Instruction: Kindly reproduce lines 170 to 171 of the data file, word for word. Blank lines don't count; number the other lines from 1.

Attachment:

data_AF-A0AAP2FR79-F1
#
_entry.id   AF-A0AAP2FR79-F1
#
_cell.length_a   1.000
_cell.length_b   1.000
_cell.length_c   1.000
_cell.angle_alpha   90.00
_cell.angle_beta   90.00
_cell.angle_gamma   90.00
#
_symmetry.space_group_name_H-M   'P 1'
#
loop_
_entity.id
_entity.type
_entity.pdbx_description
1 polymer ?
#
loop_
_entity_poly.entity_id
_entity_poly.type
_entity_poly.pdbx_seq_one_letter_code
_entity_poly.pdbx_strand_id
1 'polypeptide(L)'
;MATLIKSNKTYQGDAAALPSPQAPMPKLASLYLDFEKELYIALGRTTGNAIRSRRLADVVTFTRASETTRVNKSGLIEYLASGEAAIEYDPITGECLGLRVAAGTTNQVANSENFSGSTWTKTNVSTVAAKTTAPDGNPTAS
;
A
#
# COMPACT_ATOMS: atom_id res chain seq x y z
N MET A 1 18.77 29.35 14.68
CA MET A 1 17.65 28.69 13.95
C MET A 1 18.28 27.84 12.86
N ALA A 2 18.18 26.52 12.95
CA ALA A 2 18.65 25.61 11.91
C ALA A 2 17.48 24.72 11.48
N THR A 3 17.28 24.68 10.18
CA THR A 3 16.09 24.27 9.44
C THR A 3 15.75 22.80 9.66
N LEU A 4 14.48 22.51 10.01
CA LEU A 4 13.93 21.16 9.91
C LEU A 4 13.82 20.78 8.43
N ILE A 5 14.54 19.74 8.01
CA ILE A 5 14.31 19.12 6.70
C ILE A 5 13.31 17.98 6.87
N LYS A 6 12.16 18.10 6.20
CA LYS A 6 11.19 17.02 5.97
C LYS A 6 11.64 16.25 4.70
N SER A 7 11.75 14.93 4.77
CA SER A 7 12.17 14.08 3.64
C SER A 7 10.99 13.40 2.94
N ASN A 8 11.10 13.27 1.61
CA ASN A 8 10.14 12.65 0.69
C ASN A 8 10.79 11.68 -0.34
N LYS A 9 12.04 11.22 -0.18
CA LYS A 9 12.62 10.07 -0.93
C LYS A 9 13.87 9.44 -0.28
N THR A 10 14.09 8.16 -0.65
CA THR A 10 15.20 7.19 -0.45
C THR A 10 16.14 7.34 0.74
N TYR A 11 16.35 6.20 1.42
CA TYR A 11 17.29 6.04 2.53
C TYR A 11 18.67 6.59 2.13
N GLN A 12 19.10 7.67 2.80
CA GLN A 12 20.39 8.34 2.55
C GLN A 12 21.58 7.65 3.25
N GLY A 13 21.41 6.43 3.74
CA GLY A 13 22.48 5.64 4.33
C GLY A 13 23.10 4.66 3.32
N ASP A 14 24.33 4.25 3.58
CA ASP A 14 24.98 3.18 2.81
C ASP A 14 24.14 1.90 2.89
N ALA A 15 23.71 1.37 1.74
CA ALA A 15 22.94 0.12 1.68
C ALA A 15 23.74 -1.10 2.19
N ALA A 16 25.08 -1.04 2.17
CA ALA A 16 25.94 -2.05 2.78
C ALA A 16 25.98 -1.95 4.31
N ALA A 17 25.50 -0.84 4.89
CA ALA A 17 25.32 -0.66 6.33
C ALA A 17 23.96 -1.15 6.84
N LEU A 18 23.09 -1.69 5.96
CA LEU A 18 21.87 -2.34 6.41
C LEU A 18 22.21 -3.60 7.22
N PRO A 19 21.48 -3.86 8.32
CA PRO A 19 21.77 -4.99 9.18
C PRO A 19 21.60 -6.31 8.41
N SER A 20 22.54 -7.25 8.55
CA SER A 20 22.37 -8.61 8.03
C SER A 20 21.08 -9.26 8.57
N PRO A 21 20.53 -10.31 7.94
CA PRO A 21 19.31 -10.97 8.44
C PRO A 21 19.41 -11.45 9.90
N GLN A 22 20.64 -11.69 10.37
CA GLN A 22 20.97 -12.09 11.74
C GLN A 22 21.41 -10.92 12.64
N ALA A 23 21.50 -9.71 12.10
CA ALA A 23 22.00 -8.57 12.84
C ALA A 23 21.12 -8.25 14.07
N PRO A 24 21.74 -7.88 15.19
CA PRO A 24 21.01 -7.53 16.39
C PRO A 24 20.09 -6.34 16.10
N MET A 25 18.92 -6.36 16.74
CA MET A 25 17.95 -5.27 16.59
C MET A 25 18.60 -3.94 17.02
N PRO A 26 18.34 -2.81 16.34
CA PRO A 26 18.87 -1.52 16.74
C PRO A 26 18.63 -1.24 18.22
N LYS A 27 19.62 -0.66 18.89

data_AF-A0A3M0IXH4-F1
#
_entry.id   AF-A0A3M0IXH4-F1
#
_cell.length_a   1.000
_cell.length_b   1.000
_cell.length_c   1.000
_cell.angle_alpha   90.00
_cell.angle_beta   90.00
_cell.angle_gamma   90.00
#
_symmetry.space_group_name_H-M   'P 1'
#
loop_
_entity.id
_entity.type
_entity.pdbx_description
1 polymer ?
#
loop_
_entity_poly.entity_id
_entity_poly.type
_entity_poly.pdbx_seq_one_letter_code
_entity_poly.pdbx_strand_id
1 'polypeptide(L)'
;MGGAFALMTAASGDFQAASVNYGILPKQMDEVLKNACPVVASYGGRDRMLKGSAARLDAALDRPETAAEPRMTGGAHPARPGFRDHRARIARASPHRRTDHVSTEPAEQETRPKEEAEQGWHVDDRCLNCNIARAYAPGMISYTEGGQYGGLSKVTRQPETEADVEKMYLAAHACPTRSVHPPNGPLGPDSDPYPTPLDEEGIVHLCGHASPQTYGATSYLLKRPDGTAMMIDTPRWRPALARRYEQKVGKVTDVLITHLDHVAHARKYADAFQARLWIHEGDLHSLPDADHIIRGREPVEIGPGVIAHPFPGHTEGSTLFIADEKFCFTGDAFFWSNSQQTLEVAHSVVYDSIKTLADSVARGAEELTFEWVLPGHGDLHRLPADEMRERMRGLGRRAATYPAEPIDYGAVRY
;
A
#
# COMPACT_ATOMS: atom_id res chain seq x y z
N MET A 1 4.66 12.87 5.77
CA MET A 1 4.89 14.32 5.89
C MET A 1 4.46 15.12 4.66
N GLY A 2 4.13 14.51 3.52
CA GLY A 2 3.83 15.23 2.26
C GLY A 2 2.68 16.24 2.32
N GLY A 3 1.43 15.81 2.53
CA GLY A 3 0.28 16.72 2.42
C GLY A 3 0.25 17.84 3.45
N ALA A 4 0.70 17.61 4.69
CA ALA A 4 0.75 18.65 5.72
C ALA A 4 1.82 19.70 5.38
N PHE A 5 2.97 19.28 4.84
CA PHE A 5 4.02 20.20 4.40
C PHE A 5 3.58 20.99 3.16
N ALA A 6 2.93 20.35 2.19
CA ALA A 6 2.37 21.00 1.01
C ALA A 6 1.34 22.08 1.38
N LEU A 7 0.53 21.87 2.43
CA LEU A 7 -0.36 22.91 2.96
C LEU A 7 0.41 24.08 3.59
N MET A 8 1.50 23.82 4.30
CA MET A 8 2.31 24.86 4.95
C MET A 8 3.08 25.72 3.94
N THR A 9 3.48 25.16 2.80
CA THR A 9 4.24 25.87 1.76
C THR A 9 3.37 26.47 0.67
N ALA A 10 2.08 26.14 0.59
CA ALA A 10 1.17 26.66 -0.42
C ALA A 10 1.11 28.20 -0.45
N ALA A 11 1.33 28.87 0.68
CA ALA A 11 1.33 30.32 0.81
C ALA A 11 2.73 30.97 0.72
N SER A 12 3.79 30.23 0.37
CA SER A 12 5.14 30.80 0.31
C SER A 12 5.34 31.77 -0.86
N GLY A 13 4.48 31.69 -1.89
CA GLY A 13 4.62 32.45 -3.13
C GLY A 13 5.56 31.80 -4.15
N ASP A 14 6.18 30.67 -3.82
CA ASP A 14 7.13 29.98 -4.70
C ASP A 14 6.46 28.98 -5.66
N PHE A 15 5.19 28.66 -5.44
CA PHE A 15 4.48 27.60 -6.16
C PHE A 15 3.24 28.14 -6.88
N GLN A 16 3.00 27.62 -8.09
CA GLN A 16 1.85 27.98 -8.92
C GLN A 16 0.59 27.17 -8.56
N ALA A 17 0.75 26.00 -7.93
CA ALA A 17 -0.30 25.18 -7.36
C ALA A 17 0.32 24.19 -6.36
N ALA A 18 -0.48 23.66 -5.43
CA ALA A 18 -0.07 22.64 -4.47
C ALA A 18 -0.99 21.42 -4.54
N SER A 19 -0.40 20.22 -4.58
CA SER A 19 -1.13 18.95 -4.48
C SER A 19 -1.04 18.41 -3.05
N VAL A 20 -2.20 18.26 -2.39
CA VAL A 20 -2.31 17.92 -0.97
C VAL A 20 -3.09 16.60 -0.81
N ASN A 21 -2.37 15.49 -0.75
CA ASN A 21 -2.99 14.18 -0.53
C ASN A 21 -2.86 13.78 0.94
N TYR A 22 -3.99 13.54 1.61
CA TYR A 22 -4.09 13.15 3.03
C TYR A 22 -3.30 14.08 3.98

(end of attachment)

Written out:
N ALA A 11 1.33 28.87 0.68
CA ALA A 11 1.33 30.32 0.81